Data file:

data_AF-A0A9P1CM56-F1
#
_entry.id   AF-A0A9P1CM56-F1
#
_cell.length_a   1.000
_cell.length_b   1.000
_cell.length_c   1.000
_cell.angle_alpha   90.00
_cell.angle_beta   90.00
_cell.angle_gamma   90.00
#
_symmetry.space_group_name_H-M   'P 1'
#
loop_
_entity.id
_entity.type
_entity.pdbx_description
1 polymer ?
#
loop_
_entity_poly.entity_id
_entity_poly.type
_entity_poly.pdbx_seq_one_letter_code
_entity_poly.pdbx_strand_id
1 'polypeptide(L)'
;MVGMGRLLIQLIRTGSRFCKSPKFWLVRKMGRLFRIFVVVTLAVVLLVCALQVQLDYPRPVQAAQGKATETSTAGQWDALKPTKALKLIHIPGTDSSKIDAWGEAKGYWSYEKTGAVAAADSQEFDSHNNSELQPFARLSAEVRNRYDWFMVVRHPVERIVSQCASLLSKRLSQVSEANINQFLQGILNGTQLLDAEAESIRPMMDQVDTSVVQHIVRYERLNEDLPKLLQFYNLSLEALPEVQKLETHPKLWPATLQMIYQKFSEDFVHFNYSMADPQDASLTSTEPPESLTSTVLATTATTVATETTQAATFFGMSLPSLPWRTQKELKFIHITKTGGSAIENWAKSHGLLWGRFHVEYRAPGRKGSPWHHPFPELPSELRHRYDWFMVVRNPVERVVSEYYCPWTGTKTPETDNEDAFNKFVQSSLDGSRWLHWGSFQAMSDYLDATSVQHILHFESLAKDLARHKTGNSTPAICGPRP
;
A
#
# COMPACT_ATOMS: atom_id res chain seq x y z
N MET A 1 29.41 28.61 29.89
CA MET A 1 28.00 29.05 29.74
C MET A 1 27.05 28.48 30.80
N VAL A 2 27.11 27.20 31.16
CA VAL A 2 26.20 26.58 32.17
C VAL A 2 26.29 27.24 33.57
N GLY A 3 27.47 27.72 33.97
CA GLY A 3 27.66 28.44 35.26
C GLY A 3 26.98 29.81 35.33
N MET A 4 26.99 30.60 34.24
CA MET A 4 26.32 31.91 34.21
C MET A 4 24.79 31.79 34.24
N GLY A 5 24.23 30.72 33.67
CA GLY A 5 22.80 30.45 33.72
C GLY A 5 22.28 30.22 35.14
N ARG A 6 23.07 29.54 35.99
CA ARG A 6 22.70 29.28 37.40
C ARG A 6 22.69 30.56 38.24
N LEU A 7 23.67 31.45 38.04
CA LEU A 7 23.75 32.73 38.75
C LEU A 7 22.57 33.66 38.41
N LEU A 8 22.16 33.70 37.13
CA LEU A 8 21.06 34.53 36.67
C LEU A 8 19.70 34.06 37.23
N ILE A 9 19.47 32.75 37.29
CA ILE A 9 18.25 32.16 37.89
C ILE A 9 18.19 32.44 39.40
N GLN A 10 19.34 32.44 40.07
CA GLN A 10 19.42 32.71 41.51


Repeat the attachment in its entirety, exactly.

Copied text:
data_AF-A0A9P1CM56-F1
#
_entry.id   AF-A0A9P1CM56-F1
#
_cell.length_a   1.000
_cell.length_b   1.000
_cell.length_c   1.000
_cell.angle_alpha   90.00
_cell.angle_beta   90.00
_cell.angle_gamma   90.00
#
_symmetry.space_group_name_H-M   'P 1'
#
loop_
_entity.id
_entity.type
_entity.pdbx_description
1 polymer ?
#
loop_
_entity_poly.entity_id
_entity_poly.type
_entity_poly.pdbx_seq_one_letter_code
_entity_poly.pdbx_strand_id
1 'polypeptide(L)'
;MVGMGRLLIQLIRTGSRFCKSPKFWLVRKMGRLFRIFVVVTLAVVLLVCALQVQLDYPRPVQAAQGKATETSTAGQWDALKPTKALKLIHIPGTDSSKIDAWGEAKGYWSYEKTGAVAAADSQEFDSHNNSELQPFARLSAEVRNRYDWFMVVRHPVERIVSQCASLLSKRLSQVSEANINQFLQGILNGTQLLDAEAESIRPMMDQVDTSVVQHIVRYERLNEDLPKLLQFYNLSLEALPEVQKLETHPKLWPATLQMIYQKFSEDFVHFNYSMADPQDASLTSTEPPESLTSTVLATTATTVATETTQAATFFGMSLPSLPWRTQKELKFIHITKTGGSAIENWAKSHGLLWGRFHVEYRAPGRKGSPWHHPFPELPSELRHRYDWFMVVRNPVERVVSEYYCPWTGTKTPETDNEDAFNKFVQSSLDGSRWLHWGSFQAMSDYLDATSVQHILHFESLAKDLARHKTGNSTPAICGPRP
;
A
#
# COMPACT_ATOMS: atom_id res chain seq x y z
N MET A 1 29.41 28.61 29.89
CA MET A 1 28.00 29.05 29.74
C MET A 1 27.05 28.48 30.80
N VAL A 2 27.11 27.20 31.16
CA VAL A 2 26.20 26.58 32.17
C VAL A 2 26.29 27.24 33.57
N GLY A 3 27.47 27.72 33.97
CA GLY A 3 27.66 28.44 35.26
C GLY A 3 26.98 29.81 35.33
N MET A 4 26.99 30.60 34.24
CA MET A 4 26.32 31.91 34.21
C MET A 4 24.79 31.79 34.24
N GLY A 5 24.23 30.72 33.67
CA GLY A 5 22.80 30.45 33.72
C GLY A 5 22.28 30.22 35.14
N ARG A 6 23.07 29.54 35.99
CA ARG A 6 22.70 29.28 37.40
C ARG A 6 22.69 30.56 38.24
N LEU A 7 23.67 31.45 38.04
CA LEU A 7 23.75 32.73 38.75
C LEU A 7 22.57 33.66 38.41
N LEU A 8 22.16 33.70 37.13
CA LEU A 8 21.06 34.53 36.67
C LEU A 8 19.70 34.06 37.23
N ILE A 9 19.47 32.75 37.29
CA ILE A 9 18.25 32.16 37.89
C ILE A 9 18.19 32.44 39.40
N GLN A 10 19.34 32.44 40.07
CA GLN A 10 19.42 32.71 41.51